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Metaverse December 7, 2021

MetaMundo aims for 2022 launch with new funding

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MetaMundo, a virtual nonfungible token (NFT) marketplace focused on metaverses, has announced the completion of a seed funding round of $2.7 million.

The platform will enable users to buy, sell, and license metaverse assets once it launches in the first quarter of 2022.

MetaMundo’s debut funding included Hypersphere Ventures, Digital Currency Group, OP Crypto, Metaartel Ventures. Inaddition angel investments from the co-founders of Aave and Rarible, among others.

MetaMundo

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MetaMundo lets designers and creators mint, sell and license their NFT

The platform, which is based on the layer-two network Polygon. Additionally allows designers and creators to mint, sell, and license NFT assets for use in virtual and augmented reality. Moreover as across a variety of metaverse worlds such as Decentraland, Cryptovoxels, and Somnium Space.

According to the announcement, using the Polygon network saves users money on gas fees when compared to the Ethereum network.

The marketplace is expected to launch in the first quarter of 2022

MetaMundo predicts the marketplace will launch in the first quarter of 2022. In addition it will feature a large library of items such as avatars, wearables, vehicles, and buildings, among other things.

Mark Studholme, a co-founder of MetaMundo, explained the technology behind the project:

“MetaMundo has a set of tools that convert, decimate, and optimize the original 3D ‘parent’ file into individual ‘child’ files, each optimized for a specific metaverse. Using the ERC 721 contract, we mint the parent file as a single NFT. Which serves as a wrapper for the child files and NFTs. As a result, when you collect the parent NFT, it includes all of the child NFTs.”

When the platform integrates more metaverses, Studholme says they’ll “convert and optimize new child files and add them to the parent NFT.”

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Metaverse

Will USD be the Standard Metaverse Protocol?

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While the word metaverse is used loosely to describe a unified virtual world, this is not entirely correct. Currently, there are a great number of platforms that are nothing more than just little islands unto themselves with no connectivity to other virtual spaces, the people, objects and other platforms.

Players at the centre of creating the metaverse and fans of metaverse reckon the metaverse should have some measure of interoperability that allows users to seamlessly navigate from one virtual space to the next pretty much like people do on the web today thanks to the HTTP protocol.

Now, it looks like the Universal Scene Description (USD) protocol might become the foundation of interoperable content and experiences in the metaverse the same way HTML is to the internet today.

Invented by a movie studio

The USD protocol, which was originally invented by Pixar, is a perfect fit for the needs of the metaverse. Nvidia, a power player in the metaverse space, seems to agree.

In fact, Nvidia is rooting for the USD as the “HTML of the metaverse.”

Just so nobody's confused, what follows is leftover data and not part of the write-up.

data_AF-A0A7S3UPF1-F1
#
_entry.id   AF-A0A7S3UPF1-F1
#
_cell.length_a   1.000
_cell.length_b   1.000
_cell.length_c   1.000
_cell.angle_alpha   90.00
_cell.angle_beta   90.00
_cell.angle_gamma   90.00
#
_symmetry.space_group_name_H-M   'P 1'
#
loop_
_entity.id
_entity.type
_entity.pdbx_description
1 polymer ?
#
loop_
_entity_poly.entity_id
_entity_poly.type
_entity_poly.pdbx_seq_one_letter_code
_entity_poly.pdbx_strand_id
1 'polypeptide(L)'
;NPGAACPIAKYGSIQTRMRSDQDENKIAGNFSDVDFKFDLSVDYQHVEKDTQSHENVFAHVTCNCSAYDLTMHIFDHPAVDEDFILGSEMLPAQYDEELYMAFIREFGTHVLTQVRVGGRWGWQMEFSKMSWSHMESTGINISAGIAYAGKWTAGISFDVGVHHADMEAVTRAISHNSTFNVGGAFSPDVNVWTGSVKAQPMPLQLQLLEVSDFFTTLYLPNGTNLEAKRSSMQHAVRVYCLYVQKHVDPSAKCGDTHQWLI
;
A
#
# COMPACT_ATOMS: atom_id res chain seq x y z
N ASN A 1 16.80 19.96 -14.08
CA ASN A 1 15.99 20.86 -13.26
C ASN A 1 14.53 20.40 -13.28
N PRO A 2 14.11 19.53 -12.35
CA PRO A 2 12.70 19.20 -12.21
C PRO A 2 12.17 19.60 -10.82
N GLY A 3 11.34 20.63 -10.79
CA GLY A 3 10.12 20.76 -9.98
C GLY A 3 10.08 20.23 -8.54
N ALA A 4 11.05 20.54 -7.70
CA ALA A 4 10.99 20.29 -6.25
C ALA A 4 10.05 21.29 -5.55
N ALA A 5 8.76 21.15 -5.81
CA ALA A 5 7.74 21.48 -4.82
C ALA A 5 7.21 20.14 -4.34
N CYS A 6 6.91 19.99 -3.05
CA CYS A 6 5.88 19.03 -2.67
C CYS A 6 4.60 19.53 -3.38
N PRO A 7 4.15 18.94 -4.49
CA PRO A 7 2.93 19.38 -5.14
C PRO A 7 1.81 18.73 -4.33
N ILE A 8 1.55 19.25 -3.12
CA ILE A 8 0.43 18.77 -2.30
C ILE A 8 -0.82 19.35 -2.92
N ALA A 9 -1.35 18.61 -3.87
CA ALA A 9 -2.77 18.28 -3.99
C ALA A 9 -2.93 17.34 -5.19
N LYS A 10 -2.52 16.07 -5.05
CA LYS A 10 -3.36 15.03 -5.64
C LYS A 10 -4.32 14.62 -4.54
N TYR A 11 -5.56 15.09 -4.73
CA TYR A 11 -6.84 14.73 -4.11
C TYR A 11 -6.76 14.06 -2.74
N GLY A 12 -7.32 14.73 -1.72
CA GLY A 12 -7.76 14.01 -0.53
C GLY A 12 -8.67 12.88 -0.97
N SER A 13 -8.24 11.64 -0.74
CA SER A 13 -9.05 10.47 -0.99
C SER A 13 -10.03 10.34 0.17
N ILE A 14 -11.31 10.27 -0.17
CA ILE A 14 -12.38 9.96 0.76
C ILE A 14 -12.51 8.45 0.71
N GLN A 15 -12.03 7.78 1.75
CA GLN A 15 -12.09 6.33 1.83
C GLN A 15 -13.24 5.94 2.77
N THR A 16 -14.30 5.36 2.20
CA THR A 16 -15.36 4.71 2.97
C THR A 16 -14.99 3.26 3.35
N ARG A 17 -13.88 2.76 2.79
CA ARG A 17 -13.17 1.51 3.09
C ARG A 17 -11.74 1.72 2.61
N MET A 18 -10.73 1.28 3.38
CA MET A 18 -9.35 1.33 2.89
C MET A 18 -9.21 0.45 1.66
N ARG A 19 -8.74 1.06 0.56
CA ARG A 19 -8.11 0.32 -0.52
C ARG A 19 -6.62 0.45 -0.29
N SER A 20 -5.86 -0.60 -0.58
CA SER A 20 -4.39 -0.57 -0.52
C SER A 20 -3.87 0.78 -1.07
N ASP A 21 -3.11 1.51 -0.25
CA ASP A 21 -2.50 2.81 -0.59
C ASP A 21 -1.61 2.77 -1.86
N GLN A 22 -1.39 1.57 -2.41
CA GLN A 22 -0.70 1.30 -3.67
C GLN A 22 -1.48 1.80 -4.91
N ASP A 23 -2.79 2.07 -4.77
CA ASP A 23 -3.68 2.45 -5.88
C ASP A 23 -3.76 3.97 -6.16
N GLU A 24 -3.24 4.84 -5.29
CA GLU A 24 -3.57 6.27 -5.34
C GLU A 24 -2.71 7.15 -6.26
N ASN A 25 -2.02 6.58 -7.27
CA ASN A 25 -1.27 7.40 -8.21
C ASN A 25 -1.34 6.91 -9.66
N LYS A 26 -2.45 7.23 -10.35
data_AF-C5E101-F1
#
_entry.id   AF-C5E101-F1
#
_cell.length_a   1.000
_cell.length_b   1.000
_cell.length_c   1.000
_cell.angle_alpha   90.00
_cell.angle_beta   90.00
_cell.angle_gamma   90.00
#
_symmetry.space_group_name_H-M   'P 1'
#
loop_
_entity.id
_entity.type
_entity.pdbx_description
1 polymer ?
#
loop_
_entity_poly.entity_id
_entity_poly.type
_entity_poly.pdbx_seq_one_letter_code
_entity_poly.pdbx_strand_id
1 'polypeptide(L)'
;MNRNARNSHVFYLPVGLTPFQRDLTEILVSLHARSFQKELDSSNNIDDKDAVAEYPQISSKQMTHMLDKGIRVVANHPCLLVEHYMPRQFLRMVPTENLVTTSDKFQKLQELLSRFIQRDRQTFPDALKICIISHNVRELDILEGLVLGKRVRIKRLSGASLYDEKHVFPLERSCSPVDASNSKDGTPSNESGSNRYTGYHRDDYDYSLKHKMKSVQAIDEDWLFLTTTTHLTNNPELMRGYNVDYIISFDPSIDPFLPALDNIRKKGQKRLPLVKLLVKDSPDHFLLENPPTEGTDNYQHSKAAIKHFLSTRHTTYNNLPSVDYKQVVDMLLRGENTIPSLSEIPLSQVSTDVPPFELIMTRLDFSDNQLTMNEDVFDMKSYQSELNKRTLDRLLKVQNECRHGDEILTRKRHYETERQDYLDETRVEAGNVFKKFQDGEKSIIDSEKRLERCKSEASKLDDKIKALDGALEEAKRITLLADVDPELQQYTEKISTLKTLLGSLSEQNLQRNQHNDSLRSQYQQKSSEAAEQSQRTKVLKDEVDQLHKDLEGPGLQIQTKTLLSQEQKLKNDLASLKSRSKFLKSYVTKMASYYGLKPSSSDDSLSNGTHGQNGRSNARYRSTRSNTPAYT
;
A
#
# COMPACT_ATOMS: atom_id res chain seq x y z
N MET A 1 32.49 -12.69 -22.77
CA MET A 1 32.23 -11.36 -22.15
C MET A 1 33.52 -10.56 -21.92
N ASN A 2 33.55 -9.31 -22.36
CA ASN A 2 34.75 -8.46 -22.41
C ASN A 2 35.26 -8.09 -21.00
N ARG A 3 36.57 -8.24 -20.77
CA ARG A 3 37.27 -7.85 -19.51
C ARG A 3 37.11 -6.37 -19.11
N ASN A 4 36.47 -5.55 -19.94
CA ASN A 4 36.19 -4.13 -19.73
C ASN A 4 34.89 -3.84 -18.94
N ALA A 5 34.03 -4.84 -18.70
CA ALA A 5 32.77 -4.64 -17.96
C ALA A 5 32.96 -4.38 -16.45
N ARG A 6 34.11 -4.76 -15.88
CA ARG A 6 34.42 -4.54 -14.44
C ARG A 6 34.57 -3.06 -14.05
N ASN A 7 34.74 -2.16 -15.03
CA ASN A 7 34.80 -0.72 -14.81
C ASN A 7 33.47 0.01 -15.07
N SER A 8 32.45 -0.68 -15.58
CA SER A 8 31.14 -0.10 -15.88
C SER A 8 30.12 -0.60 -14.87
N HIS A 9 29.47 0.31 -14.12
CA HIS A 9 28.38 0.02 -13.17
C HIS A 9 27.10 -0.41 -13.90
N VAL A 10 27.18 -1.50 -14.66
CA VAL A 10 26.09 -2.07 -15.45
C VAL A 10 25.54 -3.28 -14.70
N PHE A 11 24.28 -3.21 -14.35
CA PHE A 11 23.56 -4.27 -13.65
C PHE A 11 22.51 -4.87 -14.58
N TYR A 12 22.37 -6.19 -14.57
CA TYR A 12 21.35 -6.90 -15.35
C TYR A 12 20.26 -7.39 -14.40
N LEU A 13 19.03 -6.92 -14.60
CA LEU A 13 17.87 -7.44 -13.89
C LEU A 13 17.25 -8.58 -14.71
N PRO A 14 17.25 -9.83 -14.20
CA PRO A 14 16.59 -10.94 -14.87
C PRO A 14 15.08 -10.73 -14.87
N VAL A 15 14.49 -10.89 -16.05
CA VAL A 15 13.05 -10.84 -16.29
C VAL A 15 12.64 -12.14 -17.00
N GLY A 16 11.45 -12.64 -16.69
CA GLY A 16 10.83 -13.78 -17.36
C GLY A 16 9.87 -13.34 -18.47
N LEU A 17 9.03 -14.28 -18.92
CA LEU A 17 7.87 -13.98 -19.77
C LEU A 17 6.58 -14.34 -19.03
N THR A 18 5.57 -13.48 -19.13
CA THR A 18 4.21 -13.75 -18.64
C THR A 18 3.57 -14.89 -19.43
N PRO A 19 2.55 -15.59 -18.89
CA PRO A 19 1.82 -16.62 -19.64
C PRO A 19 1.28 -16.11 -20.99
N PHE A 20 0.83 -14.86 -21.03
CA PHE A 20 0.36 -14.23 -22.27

The HTML forms a description of a webpage that can be hosted on the internet, and is retrieved and rendered locally by a web browser.

“The most fundamental standard needed to create the metaverse is the description of a virtual world. At Nvidia, we believe the first version of that standard already exists. It is the Universal Scene Description (USD)—an open and extensible ecosystem for describing, composing, simulating, and collaborating within 3D worlds,” writes Nvidia’s Rev Lebaredian and Michael Kass.

Will USD be the Standard Metaverse Protocol?

Browser protocol

It is envisaged that with some sort of a ‘USD browser’, the protocol could become the common method to define virtual spaces and make it easy for anyone to decipher and render.

USD includes features necessary for scaling to large data sets like lazy loading and efficient retrieval of time-sampled data. It is extensible, allowing users to customize data schemas, input and output formats, and methods for finding assets.

“In short, USD covers the very broad range of requirements that Pixar found necessary to make its feature films,” Rev says.

Pixar created the USD protocol in order to make collaboration on presumably complex 3D animation projects much easier, and open-sourced it in 2015.

In other words, the USD is not just another file format for 3D geometry.

It describes a complex scene with various objects, textures, and lighting and can also include references to assets “hosted elsewhere, property inheritance, and layering functionality” which allows non-destructive editing of a single scene with efficient asset re-use.

But in order for the USD to become the protocol powering the metaverse, it will need to evolve so that it can meet the needs of the metaverse.

Several stakeholders

They are many others who share the conviction that the USD has a major role to play in the coming metaverse. 

Will USD be the Standard Metaverse Protocol?

The notion has led to the formation of the Metaverse Standards Forum, a forum Nvidia and thousands of other companies are members of. This suggests strongly that the USD will be a foundation for interoperable virtual spaces and experiences.

Nvidia is developing a glTF interoperability that will allow glTF assets to be referenced directly by USD scenes. This, essentially means that users currently using glTF will be able take advantage of the composition and collaboration features of USD without altering their existing assets.

Its not just Nvidia backing the adoption of USD as the main metaverse protocol.

Khronos Group, the group backing the OpenXR standard, is also pushing to assemble other XR industry players to embrace interoperability standards for its “open and inclusive metaverse.”

Broad consensus

Metaverse Standards Forum was founded by platform holders, hardware companies, engine creators, and users, with participants including companies such as Adobe, Autodesk, Epic Games, Unity, Meta, Microsoft, Nvidia, Otoy, Qualcomm, and Sony.